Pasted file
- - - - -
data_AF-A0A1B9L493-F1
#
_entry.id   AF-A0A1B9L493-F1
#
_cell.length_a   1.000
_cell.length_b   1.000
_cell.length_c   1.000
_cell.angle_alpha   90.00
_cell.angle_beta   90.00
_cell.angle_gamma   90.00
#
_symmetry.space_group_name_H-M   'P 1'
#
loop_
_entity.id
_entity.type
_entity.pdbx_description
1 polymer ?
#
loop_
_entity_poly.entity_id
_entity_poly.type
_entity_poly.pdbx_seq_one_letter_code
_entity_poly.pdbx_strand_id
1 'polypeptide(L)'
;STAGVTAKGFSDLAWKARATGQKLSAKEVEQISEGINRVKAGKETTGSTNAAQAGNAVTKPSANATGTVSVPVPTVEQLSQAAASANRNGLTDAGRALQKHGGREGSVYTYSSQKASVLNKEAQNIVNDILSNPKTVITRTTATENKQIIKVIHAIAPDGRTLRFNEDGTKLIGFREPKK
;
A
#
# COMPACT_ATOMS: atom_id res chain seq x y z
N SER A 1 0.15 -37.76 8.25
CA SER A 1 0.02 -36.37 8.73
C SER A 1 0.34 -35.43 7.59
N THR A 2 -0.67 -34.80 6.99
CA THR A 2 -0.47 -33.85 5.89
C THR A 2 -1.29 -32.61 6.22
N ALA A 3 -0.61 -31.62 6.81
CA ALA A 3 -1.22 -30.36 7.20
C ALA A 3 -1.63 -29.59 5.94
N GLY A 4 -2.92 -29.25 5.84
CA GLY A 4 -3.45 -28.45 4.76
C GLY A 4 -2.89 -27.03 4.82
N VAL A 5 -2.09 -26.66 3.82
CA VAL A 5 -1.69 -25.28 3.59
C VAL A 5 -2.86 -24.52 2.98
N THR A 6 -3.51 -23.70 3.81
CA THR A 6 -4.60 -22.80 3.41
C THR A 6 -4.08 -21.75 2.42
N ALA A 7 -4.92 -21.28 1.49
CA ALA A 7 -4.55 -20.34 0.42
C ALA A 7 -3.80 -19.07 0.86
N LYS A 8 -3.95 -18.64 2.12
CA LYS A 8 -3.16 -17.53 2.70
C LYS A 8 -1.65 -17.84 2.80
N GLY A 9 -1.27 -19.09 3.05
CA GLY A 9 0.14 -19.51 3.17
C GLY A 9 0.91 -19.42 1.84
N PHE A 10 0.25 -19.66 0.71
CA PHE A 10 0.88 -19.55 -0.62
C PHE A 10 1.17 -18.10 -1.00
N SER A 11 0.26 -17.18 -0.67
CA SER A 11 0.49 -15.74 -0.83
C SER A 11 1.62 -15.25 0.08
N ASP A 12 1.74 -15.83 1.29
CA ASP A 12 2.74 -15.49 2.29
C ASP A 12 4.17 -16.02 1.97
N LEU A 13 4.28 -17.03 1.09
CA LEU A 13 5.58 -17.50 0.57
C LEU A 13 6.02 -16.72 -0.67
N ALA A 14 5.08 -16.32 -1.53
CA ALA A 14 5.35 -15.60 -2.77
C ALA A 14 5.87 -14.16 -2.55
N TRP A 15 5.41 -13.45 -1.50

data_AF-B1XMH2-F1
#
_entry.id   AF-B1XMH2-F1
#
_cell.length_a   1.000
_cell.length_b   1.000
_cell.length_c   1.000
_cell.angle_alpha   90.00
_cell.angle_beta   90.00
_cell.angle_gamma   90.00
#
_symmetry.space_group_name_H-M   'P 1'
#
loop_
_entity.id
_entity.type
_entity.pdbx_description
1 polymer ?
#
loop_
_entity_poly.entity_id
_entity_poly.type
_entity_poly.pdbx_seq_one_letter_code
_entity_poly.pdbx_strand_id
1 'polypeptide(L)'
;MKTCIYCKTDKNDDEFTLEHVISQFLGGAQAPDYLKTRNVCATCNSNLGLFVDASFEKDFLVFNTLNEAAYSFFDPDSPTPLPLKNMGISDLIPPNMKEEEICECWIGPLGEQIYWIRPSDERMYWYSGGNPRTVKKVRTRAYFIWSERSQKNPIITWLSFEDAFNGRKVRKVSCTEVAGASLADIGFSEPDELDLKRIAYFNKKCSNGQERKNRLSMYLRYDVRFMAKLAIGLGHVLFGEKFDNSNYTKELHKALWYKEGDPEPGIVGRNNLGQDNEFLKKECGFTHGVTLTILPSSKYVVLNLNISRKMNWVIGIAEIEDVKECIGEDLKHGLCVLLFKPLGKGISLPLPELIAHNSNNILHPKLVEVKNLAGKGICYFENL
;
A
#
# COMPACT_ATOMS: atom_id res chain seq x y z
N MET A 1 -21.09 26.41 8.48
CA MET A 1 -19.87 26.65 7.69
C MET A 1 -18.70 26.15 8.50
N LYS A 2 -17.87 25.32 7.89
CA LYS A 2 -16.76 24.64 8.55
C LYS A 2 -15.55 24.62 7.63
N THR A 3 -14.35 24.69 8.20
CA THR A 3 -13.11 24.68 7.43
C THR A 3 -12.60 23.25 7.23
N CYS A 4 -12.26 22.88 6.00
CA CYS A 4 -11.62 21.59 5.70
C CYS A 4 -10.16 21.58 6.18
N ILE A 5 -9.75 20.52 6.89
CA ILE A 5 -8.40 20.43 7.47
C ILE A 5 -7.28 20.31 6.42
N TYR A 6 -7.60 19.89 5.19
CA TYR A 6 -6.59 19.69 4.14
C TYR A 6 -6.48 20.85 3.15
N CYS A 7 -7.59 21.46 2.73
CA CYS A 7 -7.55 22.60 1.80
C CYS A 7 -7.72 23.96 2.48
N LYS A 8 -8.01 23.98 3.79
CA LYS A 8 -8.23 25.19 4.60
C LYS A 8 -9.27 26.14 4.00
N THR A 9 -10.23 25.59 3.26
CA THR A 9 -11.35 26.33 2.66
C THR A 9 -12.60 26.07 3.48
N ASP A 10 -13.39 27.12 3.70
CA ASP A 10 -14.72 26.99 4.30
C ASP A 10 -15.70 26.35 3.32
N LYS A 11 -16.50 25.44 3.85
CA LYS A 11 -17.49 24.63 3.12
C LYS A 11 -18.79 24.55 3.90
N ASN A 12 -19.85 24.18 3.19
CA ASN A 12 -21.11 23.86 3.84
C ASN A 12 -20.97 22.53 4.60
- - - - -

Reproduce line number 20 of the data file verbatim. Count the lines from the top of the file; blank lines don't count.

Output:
loop_